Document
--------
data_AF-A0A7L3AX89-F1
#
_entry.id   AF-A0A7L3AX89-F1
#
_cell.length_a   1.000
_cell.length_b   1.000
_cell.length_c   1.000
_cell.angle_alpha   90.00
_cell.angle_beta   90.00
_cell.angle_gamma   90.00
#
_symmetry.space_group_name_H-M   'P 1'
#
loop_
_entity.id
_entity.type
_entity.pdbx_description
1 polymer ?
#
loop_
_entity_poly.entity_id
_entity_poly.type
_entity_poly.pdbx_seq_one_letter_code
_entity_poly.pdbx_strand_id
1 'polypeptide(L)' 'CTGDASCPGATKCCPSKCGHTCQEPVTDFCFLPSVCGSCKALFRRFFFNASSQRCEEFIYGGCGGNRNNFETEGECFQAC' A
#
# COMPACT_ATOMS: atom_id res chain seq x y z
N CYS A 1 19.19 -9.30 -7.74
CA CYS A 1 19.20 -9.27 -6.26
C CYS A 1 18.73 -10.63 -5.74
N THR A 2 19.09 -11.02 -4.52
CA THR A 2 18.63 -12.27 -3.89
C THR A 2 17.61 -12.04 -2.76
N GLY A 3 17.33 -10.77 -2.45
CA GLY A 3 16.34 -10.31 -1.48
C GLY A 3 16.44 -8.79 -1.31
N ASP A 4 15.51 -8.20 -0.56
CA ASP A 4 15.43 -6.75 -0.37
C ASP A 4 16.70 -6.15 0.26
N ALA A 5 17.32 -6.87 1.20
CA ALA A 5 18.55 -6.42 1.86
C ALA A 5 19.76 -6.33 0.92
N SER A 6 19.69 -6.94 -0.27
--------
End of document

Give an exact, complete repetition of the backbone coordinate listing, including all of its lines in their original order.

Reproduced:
data_AF-A0A7L3AX89-F1
#
_entry.id   AF-A0A7L3AX89-F1
#
_cell.length_a   1.000
_cell.length_b   1.000
_cell.length_c   1.000
_cell.angle_alpha   90.00
_cell.angle_beta   90.00
_cell.angle_gamma   90.00
#
_symmetry.space_group_name_H-M   'P 1'
#
loop_
_entity.id
_entity.type
_entity.pdbx_description
1 polymer ?
#
loop_
_entity_poly.entity_id
_entity_poly.type
_entity_poly.pdbx_seq_one_letter_code
_entity_poly.pdbx_strand_id
1 'polypeptide(L)' 'CTGDASCPGATKCCPSKCGHTCQEPVTDFCFLPSVCGSCKALFRRFFFNASSQRCEEFIYGGCGGNRNNFETEGECFQAC' A
#
# COMPACT_ATOMS: atom_id res chain seq x y z
N CYS A 1 19.19 -9.30 -7.74
CA CYS A 1 19.20 -9.27 -6.26
C CYS A 1 18.73 -10.63 -5.74
N THR A 2 19.09 -11.02 -4.52
CA THR A 2 18.63 -12.27 -3.89
C THR A 2 17.61 -12.04 -2.76
N GLY A 3 17.33 -10.77 -2.45
CA GLY A 3 16.34 -10.31 -1.48
C GLY A 3 16.44 -8.79 -1.31
N ASP A 4 15.51 -8.20 -0.56
CA ASP A 4 15.43 -6.75 -0.37
C ASP A 4 16.70 -6.15 0.26
N ALA A 5 17.32 -6.87 1.20
CA ALA A 5 18.55 -6.42 1.86
C ALA A 5 19.76 -6.33 0.92
N SER A 6 19.69 -6.94 -0.27